That's what the Kentucky High School Athletic Association is doing with the Boys' Sweet Sixteen championship.
For the first time in the 95-year history of the event, the title game of the boys' state basketball tournament will be on Sunday next March.
Traditionally, the Sweet Sixteen semifinals have been played Saturday morning/afternoon, and the finals are Saturday night.
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But because of a potential conflict with a University of Kentucky men's game in Rupp Arena on March 9, the KHSAA will tweak the state tournament by holding the semi finals Saturday night (March 9) and the finals Sunday afternoon (March 10).
"They say that necessity is the mother of invention," KHSAA Commissioner Julian Tackett said in a news release. "While we all like to be reverent to tradition ... circum stances have created both a need and an opportunity for us to try something different for one year, and we will see what happens with it.
"The worst that can happen is we go back to the formula we know has worked for most of our 94 years."
Scott County Coach Billy Hicks, whose teams have played in four state finals since 1998, was ecstatic when he heard about the change.
"Gosh almighty, this is a great step forward," he said. "I think it should've been done a long time ago.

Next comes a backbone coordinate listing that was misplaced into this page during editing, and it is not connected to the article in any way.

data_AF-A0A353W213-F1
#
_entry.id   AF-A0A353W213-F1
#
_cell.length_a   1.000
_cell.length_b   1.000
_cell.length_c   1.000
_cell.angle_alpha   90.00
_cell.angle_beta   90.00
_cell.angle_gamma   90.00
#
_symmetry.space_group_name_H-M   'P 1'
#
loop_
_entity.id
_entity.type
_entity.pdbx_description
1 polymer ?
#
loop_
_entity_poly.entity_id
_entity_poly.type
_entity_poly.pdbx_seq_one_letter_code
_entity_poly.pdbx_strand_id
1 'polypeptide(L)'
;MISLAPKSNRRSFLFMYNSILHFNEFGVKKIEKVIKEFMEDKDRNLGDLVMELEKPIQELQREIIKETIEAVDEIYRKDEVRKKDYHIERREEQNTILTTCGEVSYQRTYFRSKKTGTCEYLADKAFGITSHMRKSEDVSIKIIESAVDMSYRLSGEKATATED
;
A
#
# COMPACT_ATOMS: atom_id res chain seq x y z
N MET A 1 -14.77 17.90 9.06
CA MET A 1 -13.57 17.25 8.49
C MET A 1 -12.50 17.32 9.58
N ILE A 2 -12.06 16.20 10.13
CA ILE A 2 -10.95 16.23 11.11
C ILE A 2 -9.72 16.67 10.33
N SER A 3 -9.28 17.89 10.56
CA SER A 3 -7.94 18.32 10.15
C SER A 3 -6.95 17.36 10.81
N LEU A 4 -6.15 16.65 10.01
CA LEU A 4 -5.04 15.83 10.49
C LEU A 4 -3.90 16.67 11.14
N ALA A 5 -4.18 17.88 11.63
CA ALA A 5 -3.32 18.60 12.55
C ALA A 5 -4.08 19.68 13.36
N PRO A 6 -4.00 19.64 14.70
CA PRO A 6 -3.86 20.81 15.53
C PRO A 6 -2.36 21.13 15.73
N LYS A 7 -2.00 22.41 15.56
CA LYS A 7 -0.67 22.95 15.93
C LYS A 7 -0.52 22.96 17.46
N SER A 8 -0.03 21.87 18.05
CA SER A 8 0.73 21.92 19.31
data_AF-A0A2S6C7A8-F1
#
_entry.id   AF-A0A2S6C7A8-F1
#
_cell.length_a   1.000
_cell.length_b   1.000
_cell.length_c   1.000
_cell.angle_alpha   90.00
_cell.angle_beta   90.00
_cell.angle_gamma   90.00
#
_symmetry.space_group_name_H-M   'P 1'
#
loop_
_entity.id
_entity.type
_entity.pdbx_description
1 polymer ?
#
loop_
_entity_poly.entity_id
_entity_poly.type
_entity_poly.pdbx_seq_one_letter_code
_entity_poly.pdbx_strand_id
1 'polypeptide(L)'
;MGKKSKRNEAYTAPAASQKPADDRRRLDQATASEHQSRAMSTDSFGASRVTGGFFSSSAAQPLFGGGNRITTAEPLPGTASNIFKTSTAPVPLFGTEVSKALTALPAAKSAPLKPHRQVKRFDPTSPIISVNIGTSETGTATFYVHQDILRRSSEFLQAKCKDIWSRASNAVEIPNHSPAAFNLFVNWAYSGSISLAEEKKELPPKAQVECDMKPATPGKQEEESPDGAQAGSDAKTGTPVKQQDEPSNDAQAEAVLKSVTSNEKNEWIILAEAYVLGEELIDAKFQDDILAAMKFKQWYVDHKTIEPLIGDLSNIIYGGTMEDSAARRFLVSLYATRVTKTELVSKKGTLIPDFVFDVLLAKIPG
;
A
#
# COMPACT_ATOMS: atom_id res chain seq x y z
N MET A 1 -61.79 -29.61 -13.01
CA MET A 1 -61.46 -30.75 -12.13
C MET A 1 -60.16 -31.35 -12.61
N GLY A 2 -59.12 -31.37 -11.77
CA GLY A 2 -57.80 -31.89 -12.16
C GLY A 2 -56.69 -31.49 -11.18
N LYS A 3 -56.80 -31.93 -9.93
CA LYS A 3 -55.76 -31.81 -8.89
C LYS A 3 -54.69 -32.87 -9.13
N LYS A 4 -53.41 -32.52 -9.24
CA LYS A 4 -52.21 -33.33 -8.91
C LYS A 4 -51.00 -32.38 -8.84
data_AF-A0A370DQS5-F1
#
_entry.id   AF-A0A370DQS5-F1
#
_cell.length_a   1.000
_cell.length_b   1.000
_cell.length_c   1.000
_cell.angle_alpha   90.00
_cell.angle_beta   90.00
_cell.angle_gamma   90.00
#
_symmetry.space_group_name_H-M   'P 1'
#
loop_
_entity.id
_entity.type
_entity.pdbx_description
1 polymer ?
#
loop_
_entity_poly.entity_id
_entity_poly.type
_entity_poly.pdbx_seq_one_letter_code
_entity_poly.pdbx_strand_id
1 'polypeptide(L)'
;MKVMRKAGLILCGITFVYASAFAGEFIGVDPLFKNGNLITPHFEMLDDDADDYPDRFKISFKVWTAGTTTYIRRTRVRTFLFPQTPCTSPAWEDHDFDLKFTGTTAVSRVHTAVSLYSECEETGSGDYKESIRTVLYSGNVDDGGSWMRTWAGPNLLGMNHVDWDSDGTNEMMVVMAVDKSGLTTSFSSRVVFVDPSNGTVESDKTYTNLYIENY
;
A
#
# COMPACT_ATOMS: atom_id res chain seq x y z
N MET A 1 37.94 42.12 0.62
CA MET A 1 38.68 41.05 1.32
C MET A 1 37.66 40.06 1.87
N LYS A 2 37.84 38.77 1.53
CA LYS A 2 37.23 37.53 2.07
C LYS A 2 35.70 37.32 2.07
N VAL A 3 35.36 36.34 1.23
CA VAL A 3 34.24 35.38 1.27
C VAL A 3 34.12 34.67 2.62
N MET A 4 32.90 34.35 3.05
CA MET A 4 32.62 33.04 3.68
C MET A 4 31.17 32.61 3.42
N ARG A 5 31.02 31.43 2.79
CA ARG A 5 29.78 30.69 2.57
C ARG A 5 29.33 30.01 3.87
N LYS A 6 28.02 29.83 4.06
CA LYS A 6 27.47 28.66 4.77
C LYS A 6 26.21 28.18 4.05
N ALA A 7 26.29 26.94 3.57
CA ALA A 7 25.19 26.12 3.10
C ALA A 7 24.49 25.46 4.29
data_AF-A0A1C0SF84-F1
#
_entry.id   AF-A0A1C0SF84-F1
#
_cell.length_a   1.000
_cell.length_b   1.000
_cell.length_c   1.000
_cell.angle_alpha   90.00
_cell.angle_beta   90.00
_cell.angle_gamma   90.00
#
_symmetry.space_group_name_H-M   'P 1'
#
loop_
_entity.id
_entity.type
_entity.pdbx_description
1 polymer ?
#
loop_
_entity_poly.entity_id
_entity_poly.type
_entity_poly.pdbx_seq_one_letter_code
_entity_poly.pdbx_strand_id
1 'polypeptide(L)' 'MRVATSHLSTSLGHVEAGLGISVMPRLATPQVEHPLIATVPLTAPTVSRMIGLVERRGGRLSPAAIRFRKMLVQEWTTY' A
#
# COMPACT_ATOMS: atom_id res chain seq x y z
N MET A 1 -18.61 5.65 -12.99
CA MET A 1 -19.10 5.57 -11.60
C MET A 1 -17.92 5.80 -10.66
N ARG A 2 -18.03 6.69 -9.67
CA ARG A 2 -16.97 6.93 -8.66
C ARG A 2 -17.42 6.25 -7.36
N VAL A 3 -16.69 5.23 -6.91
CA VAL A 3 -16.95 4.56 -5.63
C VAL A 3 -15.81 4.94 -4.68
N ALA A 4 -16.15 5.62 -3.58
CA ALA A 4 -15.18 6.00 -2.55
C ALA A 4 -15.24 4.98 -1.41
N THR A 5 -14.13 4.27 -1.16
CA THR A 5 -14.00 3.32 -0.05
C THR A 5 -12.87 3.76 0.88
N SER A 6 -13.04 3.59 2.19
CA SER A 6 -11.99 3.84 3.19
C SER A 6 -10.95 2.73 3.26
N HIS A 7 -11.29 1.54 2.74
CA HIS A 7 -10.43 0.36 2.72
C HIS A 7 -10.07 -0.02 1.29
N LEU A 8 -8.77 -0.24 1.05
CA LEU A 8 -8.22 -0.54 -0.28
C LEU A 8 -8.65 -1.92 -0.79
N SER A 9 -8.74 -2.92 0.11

"Moving the finals to Sunday makes the final four on Saturday a big deal, like it should be."
Hicks recalled Scott County's upset of nationally ranked Lexington Catholic in the 1998 Sweet Sixteen semifinals on Rick Jones' last-second three-pointer, and how that epic game ultimately was overshadowed by the Cardinals' victory over Paintsville in the finals that night.
"Our game with Lexington Catholic was a great one, but it almost became a footnote," Hicks said. "The final four should get a lot of attention, its own day, and next year it will. I hope the KHSAA keeps the finals on Sunday from now on."
Ballard Coach Chris Renner is also a Sweet Sixteen veteran, having coached the Bruins to four championship games in the past 13 years.
He thinks moving the finals to Sunday will alleviate the fatigue factor.
"I think it will make for a better championship game," Renner said. "With all the emotion that goes into the semifinals and the (pre-game) ceremony for the finals, it's really draining for everybody involved.
"Having the semifinals on Saturday night and the finals on Sunday will give everybody more time to prepare and rest up."
Renner hopes attendance will hold up since fans will have to stick around an extra day.
"The way it's been, this has always been the best state tournament in the country," he said. "We really won't know what impact this change will have until we see what happens next March."
The Girls' Sweet Sixteen in Bowling Green won't be affected, and it will follow its traditional schedule, with the semifinals and finals Saturday, March 16.